Dispelling nutrition myths, ranting, and occasionally, raving


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Can we take chocolate milk out of politics already?

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You would think that I wouldn’t have anything left to say about chocolate milk by now. I wish that you were right. I would have thought that I wouldn’t either until I read this article the other day about the school nutrition policy in New Brunswick and the current provincial election there. This uninformed inane quote from the leader of the PC party got me all riled up again:

“Brian Gallant is focused on taking chocolate milk away from our kids,” Higgs said in a press release. “I’d rather accomplish the same thing by giving our kids better access to organized sports activities and the character-building experience that come from participating in activities with peers.”

Higgs said in a press release that his government would scrap the nutrition policy entirely because, despite the importance of educating children about good nutrition, “we think helping them participate in activities with their peers is the goal – not legislating what’s on the menu.”

This is the sort of thing that makes me want to tear out my hair. It shows a complete lack of understanding of the issue at hand and sends the entirely wrong message to the public.

The first quote implies that 1. the issue at hand is obesity and 2. that we can compensate for whatever we eat through exercise. These are both patent falsehoods.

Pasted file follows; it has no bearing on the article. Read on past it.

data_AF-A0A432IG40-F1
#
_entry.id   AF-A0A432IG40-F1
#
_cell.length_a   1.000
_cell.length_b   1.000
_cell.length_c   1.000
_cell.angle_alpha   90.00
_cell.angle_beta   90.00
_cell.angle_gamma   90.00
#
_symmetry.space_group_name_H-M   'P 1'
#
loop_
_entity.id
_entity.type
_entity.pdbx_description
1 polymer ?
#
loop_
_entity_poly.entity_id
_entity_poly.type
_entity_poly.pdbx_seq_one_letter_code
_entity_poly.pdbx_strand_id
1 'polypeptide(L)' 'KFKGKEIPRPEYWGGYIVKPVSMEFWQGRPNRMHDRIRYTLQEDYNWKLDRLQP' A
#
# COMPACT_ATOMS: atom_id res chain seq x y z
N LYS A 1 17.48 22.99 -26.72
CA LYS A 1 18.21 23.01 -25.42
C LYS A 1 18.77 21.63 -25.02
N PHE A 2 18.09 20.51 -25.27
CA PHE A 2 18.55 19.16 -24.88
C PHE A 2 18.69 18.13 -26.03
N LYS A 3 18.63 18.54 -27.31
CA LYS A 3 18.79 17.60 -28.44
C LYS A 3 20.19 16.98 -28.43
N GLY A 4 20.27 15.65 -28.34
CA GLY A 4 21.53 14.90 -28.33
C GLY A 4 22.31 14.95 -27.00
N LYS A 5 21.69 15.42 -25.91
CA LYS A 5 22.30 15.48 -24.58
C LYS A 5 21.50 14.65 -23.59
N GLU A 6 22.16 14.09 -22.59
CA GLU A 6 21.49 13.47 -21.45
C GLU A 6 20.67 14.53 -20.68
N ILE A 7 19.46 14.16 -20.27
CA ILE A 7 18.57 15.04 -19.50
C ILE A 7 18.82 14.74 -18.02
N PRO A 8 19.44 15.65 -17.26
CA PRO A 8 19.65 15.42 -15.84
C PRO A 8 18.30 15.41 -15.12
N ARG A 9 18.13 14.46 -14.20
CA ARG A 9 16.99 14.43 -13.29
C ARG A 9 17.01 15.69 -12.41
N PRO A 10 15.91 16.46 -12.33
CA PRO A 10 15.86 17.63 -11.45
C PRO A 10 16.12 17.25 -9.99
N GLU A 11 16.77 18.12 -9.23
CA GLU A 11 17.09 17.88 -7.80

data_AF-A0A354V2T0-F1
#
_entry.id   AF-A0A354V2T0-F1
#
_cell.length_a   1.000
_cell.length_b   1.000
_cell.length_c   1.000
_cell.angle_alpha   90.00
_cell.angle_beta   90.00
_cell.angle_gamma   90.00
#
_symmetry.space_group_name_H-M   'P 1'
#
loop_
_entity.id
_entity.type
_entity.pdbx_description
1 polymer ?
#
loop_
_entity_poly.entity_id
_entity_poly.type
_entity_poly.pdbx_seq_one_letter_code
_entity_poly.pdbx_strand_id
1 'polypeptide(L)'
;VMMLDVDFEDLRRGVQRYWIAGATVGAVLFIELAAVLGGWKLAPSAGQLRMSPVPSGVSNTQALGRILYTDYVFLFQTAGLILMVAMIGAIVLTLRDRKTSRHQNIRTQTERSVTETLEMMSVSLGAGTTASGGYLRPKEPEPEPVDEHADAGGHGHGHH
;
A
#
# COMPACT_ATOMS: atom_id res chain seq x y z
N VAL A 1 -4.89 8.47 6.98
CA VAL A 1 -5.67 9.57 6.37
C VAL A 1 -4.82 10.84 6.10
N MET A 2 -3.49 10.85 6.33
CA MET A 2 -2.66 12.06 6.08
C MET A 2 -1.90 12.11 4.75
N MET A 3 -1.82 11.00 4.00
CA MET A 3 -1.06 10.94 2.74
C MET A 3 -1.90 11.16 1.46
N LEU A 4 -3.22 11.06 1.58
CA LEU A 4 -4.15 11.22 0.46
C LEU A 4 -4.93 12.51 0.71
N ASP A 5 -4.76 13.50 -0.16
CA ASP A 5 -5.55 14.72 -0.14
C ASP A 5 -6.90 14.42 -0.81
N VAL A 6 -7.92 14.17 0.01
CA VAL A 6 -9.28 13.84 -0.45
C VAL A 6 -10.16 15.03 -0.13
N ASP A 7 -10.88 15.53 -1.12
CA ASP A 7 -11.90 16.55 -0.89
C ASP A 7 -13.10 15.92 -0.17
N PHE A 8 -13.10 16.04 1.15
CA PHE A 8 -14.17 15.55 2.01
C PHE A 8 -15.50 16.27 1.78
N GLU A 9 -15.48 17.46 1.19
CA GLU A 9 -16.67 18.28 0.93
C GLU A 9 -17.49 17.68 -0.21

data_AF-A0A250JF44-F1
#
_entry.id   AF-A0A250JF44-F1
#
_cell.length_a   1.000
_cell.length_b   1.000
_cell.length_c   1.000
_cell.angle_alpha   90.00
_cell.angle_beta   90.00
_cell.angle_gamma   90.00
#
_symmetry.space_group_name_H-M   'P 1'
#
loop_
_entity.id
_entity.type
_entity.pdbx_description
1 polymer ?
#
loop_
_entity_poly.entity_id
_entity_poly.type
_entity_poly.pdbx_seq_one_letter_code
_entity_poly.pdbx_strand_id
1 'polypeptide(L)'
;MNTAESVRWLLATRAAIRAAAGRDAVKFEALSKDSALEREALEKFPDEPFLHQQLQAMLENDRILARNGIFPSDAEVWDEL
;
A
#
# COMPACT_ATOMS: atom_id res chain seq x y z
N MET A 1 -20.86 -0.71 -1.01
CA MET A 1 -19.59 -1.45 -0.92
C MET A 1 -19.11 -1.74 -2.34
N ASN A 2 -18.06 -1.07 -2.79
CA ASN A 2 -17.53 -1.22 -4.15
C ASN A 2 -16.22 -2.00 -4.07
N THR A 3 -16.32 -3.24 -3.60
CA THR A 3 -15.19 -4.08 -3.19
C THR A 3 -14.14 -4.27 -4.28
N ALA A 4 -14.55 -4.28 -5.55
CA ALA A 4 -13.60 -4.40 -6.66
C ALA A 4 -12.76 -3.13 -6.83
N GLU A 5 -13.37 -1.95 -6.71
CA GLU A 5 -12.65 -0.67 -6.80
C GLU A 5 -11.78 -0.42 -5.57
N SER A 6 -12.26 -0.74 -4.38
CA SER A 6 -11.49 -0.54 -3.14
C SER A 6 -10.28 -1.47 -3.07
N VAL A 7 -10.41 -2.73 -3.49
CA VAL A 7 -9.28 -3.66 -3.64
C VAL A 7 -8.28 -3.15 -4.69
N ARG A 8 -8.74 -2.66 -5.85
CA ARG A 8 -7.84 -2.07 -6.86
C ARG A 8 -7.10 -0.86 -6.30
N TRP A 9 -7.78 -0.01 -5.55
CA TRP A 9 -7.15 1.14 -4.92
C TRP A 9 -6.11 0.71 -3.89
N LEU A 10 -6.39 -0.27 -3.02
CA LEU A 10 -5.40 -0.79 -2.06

To address the first issue: the purpose of school nutrition policies is not to address childhood obesity. The purpose of school nutrition policies is to ensure that children are being provided with nutritious food when they’re at school. Schools should not be making money at the direct cost of the health of their students. In some cases, the only nutritious food that children receive may be when they’re at school. This has nothing to do with weight and everything to do with health, growth, and development.

To address the second issue: as much as we may all wish that it’s true, no amount of exercise can compensate for an unhealthy diet. Playing soccer is not somehow going to miraculously provide a child with vitamins and minerals and essential nutrients that are lacking from their diet. That’s just not how it works. As I’ve mentioned before, healthy eating and physical activity are not two sides of one coin, they are both essential components of a healthy lifestyle.

The message that the would-be premier is sending here is the widespread misconception that health is measured by the scale and that we can make-up for an unhealthy diet by exercising more. This is just not true.

Finally, to address the second quote: we know that education (insofar as that means telling people what to eat, giving them a copy of Canada’s Food Guide, and lecturing them about calories) doesn’t work. However, creating a supportive nutrition environment in which healthy eating is the norm, along with teaching food literacy, can teach children life-long healthy eating habits.